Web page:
There is usually never a line at the train ticketing machines. Judging from an overheard convo, it appears that people are reluctant to use their rechargeable Octopus cards for fear of leaving a paper trail of them having been present at the protest.



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54

12:16 PM - Jun 13, 2019
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Due to this, as observed by many on Twitter, the protesters, many of which were university-age students, have adopted cash instead of their fintech accessories. The most notable case of this occurring is the group’s hesitance to use the Octopus Card, a debit-esque card used in the metro (and at 7-11, Mcdonald’s, etc.) to stem fears that the government is looking over their shoulder.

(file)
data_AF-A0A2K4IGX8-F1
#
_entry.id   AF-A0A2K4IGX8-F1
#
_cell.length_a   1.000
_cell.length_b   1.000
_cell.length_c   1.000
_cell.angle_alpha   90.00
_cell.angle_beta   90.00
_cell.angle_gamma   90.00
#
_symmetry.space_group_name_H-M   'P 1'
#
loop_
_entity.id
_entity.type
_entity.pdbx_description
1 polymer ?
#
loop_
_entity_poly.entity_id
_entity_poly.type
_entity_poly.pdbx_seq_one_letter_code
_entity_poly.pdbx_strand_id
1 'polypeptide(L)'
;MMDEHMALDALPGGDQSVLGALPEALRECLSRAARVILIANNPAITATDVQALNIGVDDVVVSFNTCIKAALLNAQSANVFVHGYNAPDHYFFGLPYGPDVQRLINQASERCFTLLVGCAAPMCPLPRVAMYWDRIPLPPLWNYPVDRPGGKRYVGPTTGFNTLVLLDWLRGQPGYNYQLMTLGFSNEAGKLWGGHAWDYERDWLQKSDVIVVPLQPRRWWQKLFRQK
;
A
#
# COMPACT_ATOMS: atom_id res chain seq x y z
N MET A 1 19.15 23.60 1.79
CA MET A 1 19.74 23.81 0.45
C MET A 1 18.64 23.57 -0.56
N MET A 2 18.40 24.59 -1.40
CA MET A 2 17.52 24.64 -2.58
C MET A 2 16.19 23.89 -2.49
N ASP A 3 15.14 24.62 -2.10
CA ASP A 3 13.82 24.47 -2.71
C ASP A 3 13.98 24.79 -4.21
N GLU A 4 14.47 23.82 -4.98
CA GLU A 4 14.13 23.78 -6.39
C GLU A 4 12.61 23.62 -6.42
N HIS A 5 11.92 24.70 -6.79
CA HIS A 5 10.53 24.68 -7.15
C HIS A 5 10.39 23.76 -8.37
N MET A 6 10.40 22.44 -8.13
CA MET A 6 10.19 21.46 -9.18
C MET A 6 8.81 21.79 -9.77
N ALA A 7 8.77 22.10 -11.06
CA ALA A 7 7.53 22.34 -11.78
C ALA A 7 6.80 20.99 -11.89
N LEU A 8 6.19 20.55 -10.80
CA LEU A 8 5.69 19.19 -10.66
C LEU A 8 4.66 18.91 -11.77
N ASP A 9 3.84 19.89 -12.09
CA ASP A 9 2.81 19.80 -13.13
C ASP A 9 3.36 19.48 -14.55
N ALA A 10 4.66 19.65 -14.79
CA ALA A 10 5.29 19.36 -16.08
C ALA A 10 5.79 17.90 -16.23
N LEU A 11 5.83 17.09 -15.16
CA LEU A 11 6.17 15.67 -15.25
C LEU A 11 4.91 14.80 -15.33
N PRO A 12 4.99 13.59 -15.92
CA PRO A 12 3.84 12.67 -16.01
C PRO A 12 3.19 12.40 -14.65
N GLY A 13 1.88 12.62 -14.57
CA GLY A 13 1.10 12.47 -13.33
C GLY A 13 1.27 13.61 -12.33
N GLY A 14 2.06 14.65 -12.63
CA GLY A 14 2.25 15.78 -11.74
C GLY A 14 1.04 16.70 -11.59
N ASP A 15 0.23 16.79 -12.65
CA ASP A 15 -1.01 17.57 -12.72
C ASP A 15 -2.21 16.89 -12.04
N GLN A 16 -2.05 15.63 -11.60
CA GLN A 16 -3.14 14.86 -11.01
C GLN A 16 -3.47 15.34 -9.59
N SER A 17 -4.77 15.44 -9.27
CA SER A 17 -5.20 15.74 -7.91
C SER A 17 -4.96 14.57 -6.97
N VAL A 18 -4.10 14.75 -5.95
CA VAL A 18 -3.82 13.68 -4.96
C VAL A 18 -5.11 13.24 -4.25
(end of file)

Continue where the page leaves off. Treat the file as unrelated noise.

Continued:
Of course, crypto ties right into this, having the ability to be a replacement both for cash and current fintech systems.

If implemented correctly and if the proper protocols are in place, Bitcoin can allow for a private financial experience that is impossible with something like PayPal, Visa, or even the Octopus system utilized in HongKong. 

As Arthur Hayes of BitMEX once explained:

Quote:“Sooner than you think, cash will not be an option for privacy, or for anything else. And private citizens will come to appreciate the inherent value of Bitcoin, as their ability to discreetly hold and transfer value evaporates once cash goes the way of the dodo.”

Trade War & Crypto